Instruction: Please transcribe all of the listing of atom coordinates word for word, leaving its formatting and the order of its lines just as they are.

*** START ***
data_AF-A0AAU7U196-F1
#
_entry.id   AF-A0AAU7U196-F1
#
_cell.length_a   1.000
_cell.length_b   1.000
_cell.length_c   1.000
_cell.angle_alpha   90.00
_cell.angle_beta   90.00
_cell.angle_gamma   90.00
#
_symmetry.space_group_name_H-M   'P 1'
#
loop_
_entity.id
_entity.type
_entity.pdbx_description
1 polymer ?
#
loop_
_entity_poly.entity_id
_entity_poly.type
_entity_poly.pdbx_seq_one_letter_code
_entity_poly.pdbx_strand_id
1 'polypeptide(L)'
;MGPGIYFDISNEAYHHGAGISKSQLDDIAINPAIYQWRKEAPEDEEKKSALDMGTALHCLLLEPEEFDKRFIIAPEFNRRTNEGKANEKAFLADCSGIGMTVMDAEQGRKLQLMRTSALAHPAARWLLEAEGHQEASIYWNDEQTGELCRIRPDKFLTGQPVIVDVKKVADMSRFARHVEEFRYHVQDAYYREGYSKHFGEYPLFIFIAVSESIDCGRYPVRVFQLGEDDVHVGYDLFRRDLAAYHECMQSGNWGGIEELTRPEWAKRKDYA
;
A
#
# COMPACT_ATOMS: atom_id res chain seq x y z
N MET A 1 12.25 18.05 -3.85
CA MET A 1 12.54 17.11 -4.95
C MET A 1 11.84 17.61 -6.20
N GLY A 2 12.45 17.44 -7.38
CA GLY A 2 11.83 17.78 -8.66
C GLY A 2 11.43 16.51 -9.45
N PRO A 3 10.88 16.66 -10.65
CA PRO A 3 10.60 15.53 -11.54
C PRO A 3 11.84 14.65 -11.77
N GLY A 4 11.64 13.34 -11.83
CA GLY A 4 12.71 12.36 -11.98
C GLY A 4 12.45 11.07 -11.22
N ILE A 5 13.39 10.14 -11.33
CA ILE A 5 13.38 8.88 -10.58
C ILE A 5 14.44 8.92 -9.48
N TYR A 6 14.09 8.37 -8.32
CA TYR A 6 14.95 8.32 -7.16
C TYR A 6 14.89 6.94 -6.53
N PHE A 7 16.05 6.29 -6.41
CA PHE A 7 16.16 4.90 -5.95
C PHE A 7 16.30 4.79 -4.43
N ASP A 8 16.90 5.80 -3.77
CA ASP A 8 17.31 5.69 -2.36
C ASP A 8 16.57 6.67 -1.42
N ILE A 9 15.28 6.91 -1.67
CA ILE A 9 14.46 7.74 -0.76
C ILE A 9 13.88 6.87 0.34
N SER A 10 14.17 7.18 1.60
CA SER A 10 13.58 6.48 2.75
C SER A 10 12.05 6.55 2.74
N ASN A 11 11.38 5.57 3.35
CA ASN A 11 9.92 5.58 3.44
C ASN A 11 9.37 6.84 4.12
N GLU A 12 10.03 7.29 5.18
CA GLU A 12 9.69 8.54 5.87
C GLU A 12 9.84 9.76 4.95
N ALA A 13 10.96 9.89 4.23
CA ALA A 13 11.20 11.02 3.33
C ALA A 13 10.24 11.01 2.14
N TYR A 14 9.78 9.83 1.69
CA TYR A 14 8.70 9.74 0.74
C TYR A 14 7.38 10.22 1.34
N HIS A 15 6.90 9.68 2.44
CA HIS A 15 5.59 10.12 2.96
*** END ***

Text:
data_AF-A0AAU7U196-F1
#
_entry.id   AF-A0AAU7U196-F1
#
_cell.length_a   1.000
_cell.length_b   1.000
_cell.length_c   1.000
_cell.angle_alpha   90.00
_cell.angle_beta   90.00
_cell.angle_gamma   90.00
#
_symmetry.space_group_name_H-M   'P 1'
#
loop_
_entity.id
_entity.type
_entity.pdbx_description
1 polymer ?
#
loop_
_entity_poly.entity_id
_entity_poly.type
_entity_poly.pdbx_seq_one_letter_code
_entity_poly.pdbx_strand_id
1 'polypeptide(L)'
;MGPGIYFDISNEAYHHGAGISKSQLDDIAINPAIYQWRKEAPEDEEKKSALDMGTALHCLLLEPEEFDKRFIIAPEFNRRTNEGKANEKAFLADCSGIGMTVMDAEQGRKLQLMRTSALAHPAARWLLEAEGHQEASIYWNDEQTGELCRIRPDKFLTGQPVIVDVKKVADMSRFARHVEEFRYHVQDAYYREGYSKHFGEYPLFIFIAVSESIDCGRYPVRVFQLGEDDVHVGYDLFRRDLAAYHECMQSGNWGGIEELTRPEWAKRKDYA
;
A
#
# COMPACT_ATOMS: atom_id res chain seq x y z
N MET A 1 12.25 18.05 -3.85
CA MET A 1 12.54 17.11 -4.95
C MET A 1 11.84 17.61 -6.20
N GLY A 2 12.45 17.44 -7.38
CA GLY A 2 11.83 17.78 -8.66
C GLY A 2 11.43 16.51 -9.45
N PRO A 3 10.88 16.66 -10.65
CA PRO A 3 10.60 15.53 -11.54
C PRO A 3 11.84 14.65 -11.77
N GLY A 4 11.64 13.34 -11.83
CA GLY A 4 12.71 12.36 -11.98
C GLY A 4 12.45 11.07 -11.22
N ILE A 5 13.39 10.14 -11.33
CA ILE A 5 13.38 8.88 -10.58
C ILE A 5 14.44 8.92 -9.48
N TYR A 6 14.09 8.37 -8.32
CA TYR A 6 14.95 8.32 -7.16
C TYR A 6 14.89 6.94 -6.53
N PHE A 7 16.05 6.29 -6.41
CA PHE A 7 16.16 4.90 -5.95
C PHE A 7 16.30 4.79 -4.43
N ASP A 8 16.90 5.80 -3.77
CA ASP A 8 17.31 5.69 -2.36
C ASP A 8 16.57 6.67 -1.42
N ILE A 9 15.28 6.91 -1.67
CA ILE A 9 14.46 7.74 -0.76
C ILE A 9 13.88 6.87 0.34
N SER A 10 14.17 7.18 1.60
CA SER A 10 13.58 6.48 2.75
C SER A 10 12.05 6.55 2.74
N ASN A 11 11.38 5.57 3.35
CA ASN A 11 9.92 5.58 3.44
C ASN A 11 9.37 6.84 4.12
N GLU A 12 10.03 7.29 5.18
CA GLU A 12 9.69 8.54 5.87
C GLU A 12 9.84 9.76 4.95
N ALA A 13 10.96 9.89 4.23
CA ALA A 13 11.20 11.02 3.33
C ALA A 13 10.24 11.01 2.14
N TYR A 14 9.78 9.83 1.69
CA TYR A 14 8.70 9.74 0.74
C TYR A 14 7.38 10.22 1.34
N HIS A 15 6.90 9.68 2.44
CA HIS A 15 5.59 10.12 2.96